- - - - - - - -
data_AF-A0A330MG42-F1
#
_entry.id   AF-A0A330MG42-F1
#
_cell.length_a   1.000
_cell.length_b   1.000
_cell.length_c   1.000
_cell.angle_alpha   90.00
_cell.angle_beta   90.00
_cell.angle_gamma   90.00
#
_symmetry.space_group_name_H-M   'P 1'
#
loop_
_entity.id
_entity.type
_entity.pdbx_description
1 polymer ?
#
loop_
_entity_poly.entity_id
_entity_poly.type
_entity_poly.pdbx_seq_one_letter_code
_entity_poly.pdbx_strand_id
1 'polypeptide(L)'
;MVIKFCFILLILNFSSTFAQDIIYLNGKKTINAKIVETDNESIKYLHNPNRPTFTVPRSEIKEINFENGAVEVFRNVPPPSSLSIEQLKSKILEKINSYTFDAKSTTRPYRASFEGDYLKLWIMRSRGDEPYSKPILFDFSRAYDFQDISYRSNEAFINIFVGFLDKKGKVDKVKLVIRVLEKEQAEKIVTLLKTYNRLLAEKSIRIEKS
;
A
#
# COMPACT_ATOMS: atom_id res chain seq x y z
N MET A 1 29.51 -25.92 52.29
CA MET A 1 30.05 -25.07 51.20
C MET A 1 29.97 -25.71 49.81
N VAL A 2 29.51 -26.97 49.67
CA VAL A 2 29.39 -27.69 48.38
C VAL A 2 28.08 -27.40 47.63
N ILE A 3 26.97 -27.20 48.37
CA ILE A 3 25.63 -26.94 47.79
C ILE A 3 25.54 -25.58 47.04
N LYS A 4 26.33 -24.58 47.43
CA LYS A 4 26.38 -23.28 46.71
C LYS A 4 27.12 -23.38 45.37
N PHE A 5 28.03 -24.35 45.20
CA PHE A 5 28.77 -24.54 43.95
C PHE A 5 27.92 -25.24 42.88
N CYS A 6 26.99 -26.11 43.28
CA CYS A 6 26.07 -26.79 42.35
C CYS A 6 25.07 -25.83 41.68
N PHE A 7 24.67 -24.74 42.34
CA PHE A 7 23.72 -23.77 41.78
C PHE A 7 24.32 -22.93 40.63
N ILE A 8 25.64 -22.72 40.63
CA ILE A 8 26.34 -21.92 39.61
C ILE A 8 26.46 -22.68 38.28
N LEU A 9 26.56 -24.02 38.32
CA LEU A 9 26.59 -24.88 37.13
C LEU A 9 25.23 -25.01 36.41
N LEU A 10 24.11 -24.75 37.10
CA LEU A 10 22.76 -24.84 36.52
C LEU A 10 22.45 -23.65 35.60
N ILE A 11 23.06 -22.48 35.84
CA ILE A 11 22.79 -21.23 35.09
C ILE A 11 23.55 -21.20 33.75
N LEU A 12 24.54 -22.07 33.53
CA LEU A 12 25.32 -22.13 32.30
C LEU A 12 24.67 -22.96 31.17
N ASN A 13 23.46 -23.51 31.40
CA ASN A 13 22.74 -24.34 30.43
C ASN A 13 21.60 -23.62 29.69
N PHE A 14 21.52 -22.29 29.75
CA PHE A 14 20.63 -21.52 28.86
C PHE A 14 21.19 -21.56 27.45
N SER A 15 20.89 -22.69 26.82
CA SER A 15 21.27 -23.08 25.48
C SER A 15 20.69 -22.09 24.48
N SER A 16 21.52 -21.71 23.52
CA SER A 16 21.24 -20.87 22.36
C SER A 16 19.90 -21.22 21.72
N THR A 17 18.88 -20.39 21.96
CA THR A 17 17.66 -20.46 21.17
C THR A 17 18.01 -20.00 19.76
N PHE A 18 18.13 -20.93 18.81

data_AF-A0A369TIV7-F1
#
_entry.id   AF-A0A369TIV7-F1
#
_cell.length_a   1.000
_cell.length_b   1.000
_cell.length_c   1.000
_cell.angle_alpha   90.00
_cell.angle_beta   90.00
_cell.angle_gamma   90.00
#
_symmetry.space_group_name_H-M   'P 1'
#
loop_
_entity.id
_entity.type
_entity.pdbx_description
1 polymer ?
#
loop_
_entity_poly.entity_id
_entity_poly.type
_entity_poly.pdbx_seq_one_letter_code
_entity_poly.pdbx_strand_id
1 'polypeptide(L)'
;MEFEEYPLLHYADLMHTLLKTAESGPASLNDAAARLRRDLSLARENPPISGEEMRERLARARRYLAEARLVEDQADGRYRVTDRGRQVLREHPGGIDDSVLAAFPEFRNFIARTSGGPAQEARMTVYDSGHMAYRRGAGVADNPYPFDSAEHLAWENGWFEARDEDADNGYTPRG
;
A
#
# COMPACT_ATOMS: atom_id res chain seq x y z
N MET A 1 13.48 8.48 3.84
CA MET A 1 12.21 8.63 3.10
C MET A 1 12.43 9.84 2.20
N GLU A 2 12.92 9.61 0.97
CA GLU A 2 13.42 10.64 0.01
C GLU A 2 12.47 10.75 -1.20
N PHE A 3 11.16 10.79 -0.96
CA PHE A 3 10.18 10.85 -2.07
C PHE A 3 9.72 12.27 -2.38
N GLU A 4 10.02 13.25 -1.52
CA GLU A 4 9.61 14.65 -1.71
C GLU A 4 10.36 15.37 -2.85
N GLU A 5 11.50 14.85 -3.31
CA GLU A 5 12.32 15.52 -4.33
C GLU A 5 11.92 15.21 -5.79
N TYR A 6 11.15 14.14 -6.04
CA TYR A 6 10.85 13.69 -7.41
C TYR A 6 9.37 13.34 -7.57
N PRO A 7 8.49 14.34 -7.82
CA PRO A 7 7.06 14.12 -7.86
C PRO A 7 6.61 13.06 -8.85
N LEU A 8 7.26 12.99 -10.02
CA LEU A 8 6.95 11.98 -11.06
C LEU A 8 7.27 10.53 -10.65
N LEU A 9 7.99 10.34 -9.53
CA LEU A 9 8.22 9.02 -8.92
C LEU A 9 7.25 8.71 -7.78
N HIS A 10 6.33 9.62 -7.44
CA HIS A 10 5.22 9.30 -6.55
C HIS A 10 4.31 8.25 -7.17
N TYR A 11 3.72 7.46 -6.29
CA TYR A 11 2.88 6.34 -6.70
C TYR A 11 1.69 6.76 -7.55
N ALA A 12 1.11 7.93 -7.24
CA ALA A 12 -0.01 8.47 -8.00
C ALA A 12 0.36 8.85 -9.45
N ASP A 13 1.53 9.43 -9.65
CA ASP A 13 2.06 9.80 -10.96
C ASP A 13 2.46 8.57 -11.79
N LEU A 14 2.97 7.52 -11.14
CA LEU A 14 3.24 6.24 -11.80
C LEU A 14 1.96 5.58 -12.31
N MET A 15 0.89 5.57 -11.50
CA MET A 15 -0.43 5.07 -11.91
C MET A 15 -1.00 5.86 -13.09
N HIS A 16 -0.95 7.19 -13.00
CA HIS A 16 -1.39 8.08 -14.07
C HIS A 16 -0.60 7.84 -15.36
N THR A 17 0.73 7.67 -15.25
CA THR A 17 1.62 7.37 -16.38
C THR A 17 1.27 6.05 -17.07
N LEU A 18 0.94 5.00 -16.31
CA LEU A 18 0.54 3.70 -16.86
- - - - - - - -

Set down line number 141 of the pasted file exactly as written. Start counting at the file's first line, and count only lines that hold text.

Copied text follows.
CA HIS A 10 5.22 9.30 -6.55